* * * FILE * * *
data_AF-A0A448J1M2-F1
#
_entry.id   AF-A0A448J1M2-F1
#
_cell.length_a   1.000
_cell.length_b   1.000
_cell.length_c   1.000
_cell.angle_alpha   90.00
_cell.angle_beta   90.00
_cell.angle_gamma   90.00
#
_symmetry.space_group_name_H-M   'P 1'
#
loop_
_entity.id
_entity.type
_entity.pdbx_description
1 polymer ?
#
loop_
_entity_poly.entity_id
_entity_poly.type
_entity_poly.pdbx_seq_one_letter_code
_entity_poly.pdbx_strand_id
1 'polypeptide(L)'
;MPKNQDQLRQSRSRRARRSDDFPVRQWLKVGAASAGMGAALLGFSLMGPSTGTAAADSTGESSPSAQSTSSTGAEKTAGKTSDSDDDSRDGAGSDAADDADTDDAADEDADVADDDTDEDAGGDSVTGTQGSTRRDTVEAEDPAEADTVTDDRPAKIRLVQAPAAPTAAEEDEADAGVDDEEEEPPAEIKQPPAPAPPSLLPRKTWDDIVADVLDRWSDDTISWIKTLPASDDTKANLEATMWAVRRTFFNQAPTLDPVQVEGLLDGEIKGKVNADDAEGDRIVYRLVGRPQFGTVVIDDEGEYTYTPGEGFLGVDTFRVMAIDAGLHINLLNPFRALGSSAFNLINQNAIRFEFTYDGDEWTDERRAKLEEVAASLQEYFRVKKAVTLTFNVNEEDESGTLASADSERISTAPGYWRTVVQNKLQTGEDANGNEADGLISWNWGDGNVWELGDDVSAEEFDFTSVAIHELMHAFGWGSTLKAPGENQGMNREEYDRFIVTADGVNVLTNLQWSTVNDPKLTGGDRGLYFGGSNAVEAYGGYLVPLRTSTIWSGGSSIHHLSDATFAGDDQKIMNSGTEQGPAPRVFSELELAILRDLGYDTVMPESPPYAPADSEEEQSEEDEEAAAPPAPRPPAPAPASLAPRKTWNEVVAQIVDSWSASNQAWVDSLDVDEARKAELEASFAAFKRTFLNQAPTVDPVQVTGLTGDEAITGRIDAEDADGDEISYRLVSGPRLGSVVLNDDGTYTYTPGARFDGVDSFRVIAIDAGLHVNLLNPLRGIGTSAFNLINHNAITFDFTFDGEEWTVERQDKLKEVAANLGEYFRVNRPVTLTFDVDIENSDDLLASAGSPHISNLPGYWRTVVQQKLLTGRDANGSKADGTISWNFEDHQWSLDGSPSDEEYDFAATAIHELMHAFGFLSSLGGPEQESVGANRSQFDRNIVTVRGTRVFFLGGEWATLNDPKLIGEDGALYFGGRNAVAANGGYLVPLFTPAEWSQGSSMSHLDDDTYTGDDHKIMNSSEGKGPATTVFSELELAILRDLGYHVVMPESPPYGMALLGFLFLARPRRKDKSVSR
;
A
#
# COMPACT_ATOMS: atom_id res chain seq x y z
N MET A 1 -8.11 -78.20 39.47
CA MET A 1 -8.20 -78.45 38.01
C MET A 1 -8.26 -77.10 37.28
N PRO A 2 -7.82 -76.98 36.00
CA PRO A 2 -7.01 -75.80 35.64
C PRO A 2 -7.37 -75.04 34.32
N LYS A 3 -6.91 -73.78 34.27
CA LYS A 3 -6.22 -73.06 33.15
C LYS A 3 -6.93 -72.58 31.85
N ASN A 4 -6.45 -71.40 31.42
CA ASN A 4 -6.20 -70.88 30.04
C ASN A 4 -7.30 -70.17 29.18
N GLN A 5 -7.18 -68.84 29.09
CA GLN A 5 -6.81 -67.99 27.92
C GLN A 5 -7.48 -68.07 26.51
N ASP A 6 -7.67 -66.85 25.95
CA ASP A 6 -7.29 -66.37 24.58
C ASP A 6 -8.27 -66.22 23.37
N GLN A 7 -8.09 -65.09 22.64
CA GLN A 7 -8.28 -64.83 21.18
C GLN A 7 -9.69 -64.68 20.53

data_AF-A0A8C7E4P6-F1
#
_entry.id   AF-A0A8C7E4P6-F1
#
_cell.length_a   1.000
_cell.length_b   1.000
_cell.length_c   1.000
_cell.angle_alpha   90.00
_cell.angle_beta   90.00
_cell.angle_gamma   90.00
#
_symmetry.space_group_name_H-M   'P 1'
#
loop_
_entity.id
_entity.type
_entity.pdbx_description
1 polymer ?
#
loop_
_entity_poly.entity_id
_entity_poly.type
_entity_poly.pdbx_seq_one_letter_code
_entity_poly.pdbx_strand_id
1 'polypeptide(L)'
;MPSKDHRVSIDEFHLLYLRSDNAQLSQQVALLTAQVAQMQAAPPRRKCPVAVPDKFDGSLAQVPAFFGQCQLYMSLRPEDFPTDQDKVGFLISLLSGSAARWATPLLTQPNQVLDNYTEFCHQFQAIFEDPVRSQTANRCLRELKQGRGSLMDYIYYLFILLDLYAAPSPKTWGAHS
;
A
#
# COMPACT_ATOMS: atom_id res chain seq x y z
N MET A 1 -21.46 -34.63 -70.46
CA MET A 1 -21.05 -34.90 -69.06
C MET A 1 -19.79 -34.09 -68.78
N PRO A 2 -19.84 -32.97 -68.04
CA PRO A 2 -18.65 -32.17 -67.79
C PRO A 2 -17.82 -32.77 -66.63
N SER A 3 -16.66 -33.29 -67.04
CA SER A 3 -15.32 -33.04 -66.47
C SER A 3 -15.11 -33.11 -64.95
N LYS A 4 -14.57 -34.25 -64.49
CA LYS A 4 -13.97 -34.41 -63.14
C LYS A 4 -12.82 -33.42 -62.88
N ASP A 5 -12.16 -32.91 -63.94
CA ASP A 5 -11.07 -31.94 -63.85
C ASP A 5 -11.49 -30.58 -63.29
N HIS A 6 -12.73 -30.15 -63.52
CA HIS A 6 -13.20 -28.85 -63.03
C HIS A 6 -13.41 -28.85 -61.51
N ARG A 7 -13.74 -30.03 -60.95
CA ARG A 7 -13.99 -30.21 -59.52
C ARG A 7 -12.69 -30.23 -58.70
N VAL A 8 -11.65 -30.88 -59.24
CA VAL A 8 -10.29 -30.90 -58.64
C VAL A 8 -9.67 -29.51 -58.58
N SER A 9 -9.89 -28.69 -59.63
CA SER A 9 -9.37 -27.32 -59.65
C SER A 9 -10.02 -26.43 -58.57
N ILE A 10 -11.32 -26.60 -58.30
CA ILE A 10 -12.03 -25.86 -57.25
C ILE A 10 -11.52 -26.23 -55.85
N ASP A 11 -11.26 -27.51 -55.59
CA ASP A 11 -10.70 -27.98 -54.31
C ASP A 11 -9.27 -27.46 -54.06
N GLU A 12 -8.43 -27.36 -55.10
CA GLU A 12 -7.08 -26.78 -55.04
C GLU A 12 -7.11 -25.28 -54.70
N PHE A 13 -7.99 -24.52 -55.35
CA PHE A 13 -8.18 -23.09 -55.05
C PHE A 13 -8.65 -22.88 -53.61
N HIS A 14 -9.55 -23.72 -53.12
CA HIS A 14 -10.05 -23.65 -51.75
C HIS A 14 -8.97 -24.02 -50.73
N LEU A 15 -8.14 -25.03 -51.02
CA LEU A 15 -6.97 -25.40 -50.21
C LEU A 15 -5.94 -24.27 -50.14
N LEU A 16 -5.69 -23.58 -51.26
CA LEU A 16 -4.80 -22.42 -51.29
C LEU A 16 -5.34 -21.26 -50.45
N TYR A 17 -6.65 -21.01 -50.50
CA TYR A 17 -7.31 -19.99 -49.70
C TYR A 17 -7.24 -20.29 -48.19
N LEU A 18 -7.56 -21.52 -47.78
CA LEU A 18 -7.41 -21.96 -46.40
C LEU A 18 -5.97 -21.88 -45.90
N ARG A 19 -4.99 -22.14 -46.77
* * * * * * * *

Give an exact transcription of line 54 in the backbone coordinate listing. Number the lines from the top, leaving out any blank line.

_entry.id   AF-A0A8C7E4P6-F1